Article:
1. Technology & Innovation

Prioritize CX With No-Code Automated Software Testing

In today’s retail environment, few things kill a sale and the customer experience (CX) more than software glitches and 404 error pages. Consumers expect seamless, personalized, on-demand digital solutions. In fact, 86 percent of customers say they would leave a brand after as few as two poor experiences, according to one 2022 study.

The pressure is on for retailers to go above and beyond traditional service methods and integrate high-quality digital experiences. Despite this, 45 percent of U.S. software testers in retail and e-commerce think it’s acceptable to release software that hasn’t been properly tested, so long as it’s patched later, according to the 2022 Leapwork Risk Radar report.

Hard Lessons of Software Fail

As companies adopt and customize more and more software as part of their tech stack, the task becomes more complex and testing teams are struggling to maintain test coverage, faced with an ever-increasing backlog.

The ramifications of this technical debt are serious and far-reaching, with software outages causing serious downtime and hitting the company bottom line. More than three-quarters of the CEOs polled in the Risk Radar report said software failures have damaged their company sometime during the past five years.

There are plenty of real-life examples. Flawed software caused delays launching new car models for Volkswagen, leading to the dismissal of CEO Herbert Diess over the summer. And Facebook’s market cap value took a nose-dive in 2021, erasing billions after a software glitch disrupted commerce on its site globally. No matter the company size or market share, software failures have a negative impact on businesses and their bottom lines, especially in the following areas:

  • Subpar CX: Software bugs can create errors in an e-commerce site along any number of points in the customer journey, leading to a poor customer experience. According to PwC, “Even if people love your company or product, in the U.S. 59% will walk away after several bad experiences, 17% after just one bad experience.”
  • Damage From Downtime: Every minute the e-commerce site, point-of-sale system or other critical software is down, the company loses revenue.
  • Supply Chain Issues: According to a recent survey by Gartner, three out of four executives said their company is suffering more frequent disruptions in the supply chain today than it did three years ago.

A Challenge and Solution

The challenge that leads companies to prioritize speed over efficacy in testing is twofold: a heavy reliance on manual testing and an inability to effectively scale automation solutions.

The 2021-22 World Quality Report from Capgemini, which is based on interviews with 1,750 senior IT managers, estimates that only 15 percent to 20 percent of tests are automated on average. That’s not significantly higher than in previous decades. In addition, less than half of those interviewed, only 46 percent, said they’re maximizing test automation. An even lower number, 44 percent, said they’re integrating tests as automatic quality gates in the CI/CD pipeline. These results correspond to results from the 2022 Leapwork Risk Radar Report, which found that only 43 percent of companies are using some form of testing automation. This is a lot of manual work to put on a QA team, particularly if the team is under-resourced. And manual testing performed by a bandwidth-stretched team often leads to human error.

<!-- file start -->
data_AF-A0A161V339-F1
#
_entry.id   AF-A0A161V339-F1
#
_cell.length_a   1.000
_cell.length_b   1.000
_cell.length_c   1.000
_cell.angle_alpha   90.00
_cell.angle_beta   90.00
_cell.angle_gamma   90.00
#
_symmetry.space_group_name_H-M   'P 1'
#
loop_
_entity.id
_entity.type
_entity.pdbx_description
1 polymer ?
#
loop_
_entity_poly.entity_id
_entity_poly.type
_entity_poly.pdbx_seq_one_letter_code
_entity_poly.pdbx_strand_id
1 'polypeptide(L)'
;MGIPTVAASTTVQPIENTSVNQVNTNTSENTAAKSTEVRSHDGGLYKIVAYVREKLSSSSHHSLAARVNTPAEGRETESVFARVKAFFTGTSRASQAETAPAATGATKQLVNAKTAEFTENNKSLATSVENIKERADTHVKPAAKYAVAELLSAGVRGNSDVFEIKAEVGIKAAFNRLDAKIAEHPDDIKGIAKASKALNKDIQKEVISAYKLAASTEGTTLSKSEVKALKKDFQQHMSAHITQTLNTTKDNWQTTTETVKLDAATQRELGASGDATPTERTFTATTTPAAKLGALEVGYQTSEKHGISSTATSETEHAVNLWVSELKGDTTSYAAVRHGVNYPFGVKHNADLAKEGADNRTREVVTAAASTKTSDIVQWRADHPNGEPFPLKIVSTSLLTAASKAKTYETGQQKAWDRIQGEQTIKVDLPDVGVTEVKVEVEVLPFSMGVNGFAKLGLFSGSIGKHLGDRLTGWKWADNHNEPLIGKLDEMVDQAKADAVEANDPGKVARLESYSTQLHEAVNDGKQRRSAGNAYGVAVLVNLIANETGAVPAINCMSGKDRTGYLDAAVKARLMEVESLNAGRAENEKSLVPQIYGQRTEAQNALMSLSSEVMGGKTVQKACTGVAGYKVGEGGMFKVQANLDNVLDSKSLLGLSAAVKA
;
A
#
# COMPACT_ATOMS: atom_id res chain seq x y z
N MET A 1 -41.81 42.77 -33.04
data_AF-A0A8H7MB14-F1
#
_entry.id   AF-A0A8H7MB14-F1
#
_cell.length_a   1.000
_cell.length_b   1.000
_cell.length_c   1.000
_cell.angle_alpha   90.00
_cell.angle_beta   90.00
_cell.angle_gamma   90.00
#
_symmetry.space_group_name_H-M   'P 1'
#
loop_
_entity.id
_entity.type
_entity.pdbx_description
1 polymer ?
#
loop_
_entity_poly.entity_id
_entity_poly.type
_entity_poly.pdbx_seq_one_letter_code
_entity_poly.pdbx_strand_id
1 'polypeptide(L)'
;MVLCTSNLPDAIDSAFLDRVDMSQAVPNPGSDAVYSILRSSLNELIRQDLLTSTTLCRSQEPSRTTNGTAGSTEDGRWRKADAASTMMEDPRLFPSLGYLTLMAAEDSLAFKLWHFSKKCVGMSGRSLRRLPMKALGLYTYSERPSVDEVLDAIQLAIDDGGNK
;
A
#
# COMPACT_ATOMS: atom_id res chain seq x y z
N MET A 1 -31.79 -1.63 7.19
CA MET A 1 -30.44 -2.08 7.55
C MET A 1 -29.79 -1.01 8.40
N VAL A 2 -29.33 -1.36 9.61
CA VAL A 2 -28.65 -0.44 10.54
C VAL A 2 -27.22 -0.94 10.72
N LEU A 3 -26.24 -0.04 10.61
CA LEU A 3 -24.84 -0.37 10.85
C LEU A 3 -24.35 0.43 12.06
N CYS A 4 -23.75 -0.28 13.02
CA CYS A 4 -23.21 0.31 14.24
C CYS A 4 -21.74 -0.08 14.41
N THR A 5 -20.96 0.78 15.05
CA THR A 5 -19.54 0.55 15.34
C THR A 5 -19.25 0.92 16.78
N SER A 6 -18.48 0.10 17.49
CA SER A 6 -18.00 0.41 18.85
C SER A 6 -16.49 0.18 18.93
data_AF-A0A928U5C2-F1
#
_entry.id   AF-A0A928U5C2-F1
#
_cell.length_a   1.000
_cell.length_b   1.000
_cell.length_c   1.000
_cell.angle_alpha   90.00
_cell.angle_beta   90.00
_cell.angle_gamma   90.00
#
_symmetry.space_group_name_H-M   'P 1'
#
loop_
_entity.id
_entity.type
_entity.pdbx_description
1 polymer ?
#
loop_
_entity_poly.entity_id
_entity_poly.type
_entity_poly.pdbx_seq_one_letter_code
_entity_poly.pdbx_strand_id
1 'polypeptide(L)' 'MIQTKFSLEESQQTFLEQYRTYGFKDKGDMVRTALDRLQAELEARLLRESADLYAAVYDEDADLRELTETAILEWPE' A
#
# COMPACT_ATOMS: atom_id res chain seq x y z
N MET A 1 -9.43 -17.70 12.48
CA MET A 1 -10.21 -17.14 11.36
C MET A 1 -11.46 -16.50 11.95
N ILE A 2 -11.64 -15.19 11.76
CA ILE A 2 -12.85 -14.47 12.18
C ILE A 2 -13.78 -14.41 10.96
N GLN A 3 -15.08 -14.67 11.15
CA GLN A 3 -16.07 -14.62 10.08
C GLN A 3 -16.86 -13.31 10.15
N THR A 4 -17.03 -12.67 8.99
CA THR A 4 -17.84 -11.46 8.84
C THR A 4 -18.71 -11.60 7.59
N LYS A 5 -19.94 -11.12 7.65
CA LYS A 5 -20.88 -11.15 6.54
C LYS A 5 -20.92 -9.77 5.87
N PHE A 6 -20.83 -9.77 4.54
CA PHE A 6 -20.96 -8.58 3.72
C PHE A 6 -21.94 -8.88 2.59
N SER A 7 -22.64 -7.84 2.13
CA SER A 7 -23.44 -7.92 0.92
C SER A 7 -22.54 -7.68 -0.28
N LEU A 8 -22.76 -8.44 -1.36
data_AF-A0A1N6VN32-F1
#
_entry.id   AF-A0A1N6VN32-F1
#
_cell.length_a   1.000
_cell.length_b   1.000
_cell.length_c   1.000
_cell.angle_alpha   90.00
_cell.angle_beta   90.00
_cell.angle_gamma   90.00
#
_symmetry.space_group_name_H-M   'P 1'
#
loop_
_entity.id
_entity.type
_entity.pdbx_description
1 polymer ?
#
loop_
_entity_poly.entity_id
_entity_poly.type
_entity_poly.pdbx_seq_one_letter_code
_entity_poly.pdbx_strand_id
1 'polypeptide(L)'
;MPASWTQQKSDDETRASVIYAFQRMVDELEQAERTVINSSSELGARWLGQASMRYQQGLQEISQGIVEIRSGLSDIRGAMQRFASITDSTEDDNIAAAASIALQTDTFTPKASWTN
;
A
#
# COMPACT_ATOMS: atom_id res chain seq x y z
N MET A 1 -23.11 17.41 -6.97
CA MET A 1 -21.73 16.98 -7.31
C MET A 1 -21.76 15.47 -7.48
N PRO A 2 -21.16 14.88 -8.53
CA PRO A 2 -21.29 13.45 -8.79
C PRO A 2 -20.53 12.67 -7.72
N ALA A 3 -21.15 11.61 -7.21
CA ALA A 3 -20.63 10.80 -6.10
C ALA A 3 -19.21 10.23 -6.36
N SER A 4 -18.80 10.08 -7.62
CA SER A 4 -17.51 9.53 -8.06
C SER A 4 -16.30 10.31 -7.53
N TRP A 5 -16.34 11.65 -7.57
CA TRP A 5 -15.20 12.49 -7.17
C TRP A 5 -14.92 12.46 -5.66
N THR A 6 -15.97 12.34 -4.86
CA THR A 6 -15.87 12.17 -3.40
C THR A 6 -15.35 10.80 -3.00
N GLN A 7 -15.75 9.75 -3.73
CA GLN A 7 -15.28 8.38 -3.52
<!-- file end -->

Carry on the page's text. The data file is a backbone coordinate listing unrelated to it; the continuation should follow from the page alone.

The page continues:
For companies that are increasing their automation efforts, the challenge then evolves into integrating and scaling automation while maintaining human oversight. Many automation solutions tout ease of use, but still require a high degree of technical knowledge to operate. Testers end up spending their time managing the automation software itself. As a result, speed to market continues to lag and companies can find themselves back at square one: a bandwidth-strapped team struggling to maintain — let alone scale — a complex, code-heavy testing tool.

This process slows testing and makes effective quality assurance near impossible. Wouldn’t it be better if all non-technical stakeholders, not just coders, could confidently manage a software testing tool and actively contribute to the automation effort? It could democratize utility for testers and business users alike, effectively allowing individual stakeholders to test software and relieve the product release bottleneck.

By providing testers and everyday business users with a visual, no-code test automation platform that’s easy to use, automation can be adopted and scaled more effectively. Setting tests up in a flow-chart model with a point-and-click interface makes the process easy and intuitive for everyone, making automation scalable across teams and tech stacks. It’s still possible to set tests up using code, if that’s preferable, but it should no longer be relied upon as the primary means of automating tests.

Online retail and commerce is showing no signs of slowing down, and preventing issues such as software outages is a crucial element of delivering strong CX. Test automation has a vital role to play in minimizing the risk of major outages, and therefore reducing the potential of losing customers and sales due to poor CX.

Sune Engsig is vice president of product development at Leapwork, a no-code automation platform that enables testers and business users to quickly build, maintain and scale automation.

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